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With Massive Blood Drives on Hold Because of COVID-19, Smaller-Scaled Affairs Scramble to Fill the Need

Married University of Houston employees Grace (left) and Mark Rosanes (right) gave blood at a socially distanced blood drive at UH's Great Hall.
Married University of Houston employees Grace (left) and Mark Rosanes (right) gave blood at a socially distanced blood drive at UH's Great Hall.
Photo by Schaefer Edwards

Donating blood used to be a popular, low-hanging fruit way to give back to the community during pre-pandemic times — if you aren’t scared of needles, that is — but like so many other public traditions, COVID-19 has thrown the good old-fashioned blood drive to the wayside.

Gone are the days of massive in-person blood donation events at high schools, colleges and businesses, where well-meaning bosses and student leaders could nudge their subordinates to go under the needle on the spot with promises of rapid-onset civic pride, and (usually) a free T-shirt.

In their place are much smaller-scale affairs, like the socially distanced blood drive held at the University of Houston's O'Quinn Great Hall last Friday, hosted by the UH alumni association and the Gulf Coast Regional Blood Center.

No walk-in donations were accepted, and folks waiting for their appointment had to hang out at least six feet apart from other donors in a separate holding area one room over. In the Before Times, the 4,080 square-foot event room would have been full of donors all hooked-up and pumping blood at the same time, but thanks to the coronavirus, only nine donors were allowed to give blood at a time.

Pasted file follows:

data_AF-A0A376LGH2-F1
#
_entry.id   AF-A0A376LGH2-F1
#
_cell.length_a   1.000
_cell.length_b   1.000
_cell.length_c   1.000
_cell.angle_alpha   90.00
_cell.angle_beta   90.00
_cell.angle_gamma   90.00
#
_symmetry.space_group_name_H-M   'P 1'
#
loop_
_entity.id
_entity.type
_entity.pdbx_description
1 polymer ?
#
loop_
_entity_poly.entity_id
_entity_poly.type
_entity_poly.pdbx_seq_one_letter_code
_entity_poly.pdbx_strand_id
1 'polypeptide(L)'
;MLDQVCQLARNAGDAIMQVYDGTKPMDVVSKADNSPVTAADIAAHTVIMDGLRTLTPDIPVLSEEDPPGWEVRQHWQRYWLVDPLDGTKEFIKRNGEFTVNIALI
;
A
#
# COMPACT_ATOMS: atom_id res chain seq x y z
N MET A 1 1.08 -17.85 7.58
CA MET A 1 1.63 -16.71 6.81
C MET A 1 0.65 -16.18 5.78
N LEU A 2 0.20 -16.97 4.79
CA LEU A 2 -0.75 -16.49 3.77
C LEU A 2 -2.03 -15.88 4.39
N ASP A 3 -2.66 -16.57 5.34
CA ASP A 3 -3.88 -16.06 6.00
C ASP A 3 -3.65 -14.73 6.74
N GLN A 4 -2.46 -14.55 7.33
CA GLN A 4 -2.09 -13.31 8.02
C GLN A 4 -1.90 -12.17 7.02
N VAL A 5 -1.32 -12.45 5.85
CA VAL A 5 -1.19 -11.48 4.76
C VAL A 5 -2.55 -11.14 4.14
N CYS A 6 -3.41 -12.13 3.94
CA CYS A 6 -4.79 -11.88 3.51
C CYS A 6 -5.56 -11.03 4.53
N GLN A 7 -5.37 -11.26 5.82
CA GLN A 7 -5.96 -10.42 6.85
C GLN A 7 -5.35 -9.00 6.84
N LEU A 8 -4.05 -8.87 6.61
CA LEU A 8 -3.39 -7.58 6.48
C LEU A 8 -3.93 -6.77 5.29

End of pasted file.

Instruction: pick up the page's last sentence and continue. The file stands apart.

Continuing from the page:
Two of those donors were married couple Grace and Mark Rosanes, both UH alums and current employees at the university, her in the research division and him in IT. Mark gives blood regularly, Grace every two years or so.

"I think you are always nervous about going out during the pandemic," Grace says, admitting that she was initially hesitant about going to the blood drive but pushed herself to go through with it to help save lives.

Mark was less worried, but was still reassured when he saw the safety precautions the universally face-masked blood drive technicians had put into place. "I felt fine," Mark says. "Everyone here seems pretty spaced-out and seems to be following the protocols... everything's extra clean it seems. I don't see a problem with it."

While small blood drives like the one Mark and Grace came out to are better than nothing, the inability to hold large-scale traditional blood drives where walk-in donations can be solicited has made it tougher than ever for blood banks to collect enough of the life-saving resource that local medical patients rely on. Because one blood donation can save up to three lives according to blood experts, every drop counts.